IDAHO FALLS, Idaho – When it comes to what influences consumers’ retail meat purchases, demographics often determine priorities, according to results of a survey by Category Partners (CP). Price, type of meat and appearance are well documented and established factors, but attributes such as production claims, health and wellness and the origin of the products are becoming more important. The CP research included 1,000 consumers between the ages of 21 and 65 who were asked to identify the five most-important factors from a list of 20 that they use when making purchases from the fresh meat case. Not surprisingly, quality/appearance (47 percent), type of meat (47 percent) and price per pound (46 percent) were the top three attributes of respondents, which represented multiple races household sizes and income levels. Flavor/taste (39 percent), price per package (37 percent) and cut of meat (37 percent) were the next most important factors according to the survey.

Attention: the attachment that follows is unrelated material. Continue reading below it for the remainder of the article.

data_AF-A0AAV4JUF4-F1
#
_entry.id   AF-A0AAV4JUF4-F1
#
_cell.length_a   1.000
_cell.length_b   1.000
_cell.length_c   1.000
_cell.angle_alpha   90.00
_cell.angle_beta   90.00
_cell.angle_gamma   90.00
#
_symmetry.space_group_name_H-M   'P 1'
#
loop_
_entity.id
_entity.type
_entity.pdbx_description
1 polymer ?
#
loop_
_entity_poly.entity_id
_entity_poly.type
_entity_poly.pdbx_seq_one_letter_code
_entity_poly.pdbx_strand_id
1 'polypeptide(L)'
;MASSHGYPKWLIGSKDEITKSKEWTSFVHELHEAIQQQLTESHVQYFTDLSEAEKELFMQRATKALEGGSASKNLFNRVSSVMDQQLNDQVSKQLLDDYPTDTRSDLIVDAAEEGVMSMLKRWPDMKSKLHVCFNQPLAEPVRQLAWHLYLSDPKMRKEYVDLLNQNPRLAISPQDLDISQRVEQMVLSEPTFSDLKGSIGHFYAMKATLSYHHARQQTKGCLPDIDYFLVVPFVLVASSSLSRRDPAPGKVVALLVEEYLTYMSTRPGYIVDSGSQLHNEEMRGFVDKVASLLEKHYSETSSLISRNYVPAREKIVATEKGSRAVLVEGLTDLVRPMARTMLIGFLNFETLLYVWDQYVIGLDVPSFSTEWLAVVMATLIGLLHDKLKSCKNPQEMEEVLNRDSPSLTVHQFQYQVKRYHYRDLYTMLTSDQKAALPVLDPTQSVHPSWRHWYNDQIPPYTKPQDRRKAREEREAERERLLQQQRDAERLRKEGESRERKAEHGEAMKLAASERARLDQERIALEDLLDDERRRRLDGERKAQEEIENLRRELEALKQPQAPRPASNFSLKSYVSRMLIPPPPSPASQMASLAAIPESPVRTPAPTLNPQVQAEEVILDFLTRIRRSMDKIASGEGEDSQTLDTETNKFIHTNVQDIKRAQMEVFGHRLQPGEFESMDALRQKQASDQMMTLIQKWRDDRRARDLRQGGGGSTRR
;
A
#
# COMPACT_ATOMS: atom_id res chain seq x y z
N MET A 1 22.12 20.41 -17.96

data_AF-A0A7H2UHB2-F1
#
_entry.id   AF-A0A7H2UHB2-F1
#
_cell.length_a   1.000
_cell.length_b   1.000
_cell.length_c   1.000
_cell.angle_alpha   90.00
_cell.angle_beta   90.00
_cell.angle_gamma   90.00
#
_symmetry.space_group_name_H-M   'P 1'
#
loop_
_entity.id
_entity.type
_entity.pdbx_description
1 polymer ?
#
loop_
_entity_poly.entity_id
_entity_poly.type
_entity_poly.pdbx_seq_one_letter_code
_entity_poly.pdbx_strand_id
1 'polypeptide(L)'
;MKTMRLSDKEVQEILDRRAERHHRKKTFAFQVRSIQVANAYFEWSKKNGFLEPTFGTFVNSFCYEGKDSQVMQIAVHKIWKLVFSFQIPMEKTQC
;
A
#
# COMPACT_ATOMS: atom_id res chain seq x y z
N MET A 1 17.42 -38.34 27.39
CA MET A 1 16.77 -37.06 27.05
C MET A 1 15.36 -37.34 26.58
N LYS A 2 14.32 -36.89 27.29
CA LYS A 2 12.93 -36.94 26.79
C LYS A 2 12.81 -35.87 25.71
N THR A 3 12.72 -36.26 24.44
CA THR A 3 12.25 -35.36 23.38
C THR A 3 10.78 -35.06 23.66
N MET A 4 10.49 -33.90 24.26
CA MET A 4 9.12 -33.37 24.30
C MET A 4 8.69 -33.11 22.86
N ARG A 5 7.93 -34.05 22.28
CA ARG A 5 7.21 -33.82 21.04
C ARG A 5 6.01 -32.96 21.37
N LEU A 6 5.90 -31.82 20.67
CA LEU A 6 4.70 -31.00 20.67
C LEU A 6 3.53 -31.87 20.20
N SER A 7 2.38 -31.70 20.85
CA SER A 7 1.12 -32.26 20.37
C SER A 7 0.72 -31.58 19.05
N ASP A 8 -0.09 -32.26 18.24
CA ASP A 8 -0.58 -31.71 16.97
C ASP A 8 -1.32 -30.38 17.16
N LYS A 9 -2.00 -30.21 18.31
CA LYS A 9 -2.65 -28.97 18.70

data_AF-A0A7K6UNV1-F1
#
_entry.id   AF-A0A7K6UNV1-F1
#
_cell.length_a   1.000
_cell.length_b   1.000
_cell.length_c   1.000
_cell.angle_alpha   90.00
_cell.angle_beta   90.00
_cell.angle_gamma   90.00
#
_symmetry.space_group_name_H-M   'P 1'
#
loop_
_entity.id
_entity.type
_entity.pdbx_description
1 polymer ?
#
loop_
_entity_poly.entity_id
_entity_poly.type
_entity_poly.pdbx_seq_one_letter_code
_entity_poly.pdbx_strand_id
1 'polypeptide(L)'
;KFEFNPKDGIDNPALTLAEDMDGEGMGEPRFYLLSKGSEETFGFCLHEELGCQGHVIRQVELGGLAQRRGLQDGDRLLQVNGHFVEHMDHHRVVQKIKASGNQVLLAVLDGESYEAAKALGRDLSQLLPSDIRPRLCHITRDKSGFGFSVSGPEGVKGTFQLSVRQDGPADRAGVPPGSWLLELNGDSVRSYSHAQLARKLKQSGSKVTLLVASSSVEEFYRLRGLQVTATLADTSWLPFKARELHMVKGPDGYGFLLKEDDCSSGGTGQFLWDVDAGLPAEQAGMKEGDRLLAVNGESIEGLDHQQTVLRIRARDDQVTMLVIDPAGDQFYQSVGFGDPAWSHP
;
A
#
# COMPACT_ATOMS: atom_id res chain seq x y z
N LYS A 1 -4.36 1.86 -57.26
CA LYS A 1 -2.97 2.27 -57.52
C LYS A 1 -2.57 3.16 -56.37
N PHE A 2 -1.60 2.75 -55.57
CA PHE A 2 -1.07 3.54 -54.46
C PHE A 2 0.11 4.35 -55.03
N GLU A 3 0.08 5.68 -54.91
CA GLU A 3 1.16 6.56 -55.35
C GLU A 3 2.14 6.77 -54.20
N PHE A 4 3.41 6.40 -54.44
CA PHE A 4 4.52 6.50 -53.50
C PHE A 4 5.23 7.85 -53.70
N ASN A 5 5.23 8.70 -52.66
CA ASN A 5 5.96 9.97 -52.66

Priorities varied among gender, age and race, however and factors included in these categories of respondents included origin/locally sourced, animal welfare claims and health. According to the survey:
- Women are noticeably more concerned than men about quality/appearance; type of meat; health; all natural; and animal welfare.
- Men are noticeably more concerned than women about flavor/taste; total price per package; quantity/servings per package; intended use; and origin/locally sourced.
- Consumers who are older than 55 are most likely to consider quality/appearance as key; those older than 45 are more likely to cite type of meat and value/price per pound and cut as important.
- Consumers 34 and younger are more likely to identify health, all natural, quantity/servings per pound and origin/locally as decision factors.
- Hispanics/Latinos place more importance on all natural and origin/locally sourced when making decisions.
- African Americans are more focused on leanness/fat content and organic claims as priorities.
According to Cara Ammon, CP’s director of consumer research, “Aside from quality and price, which always have been important to consumers, a significant number of today’s meat shoppers are more concerned about how their meat was raised, where it originated and its impact on their well-being.”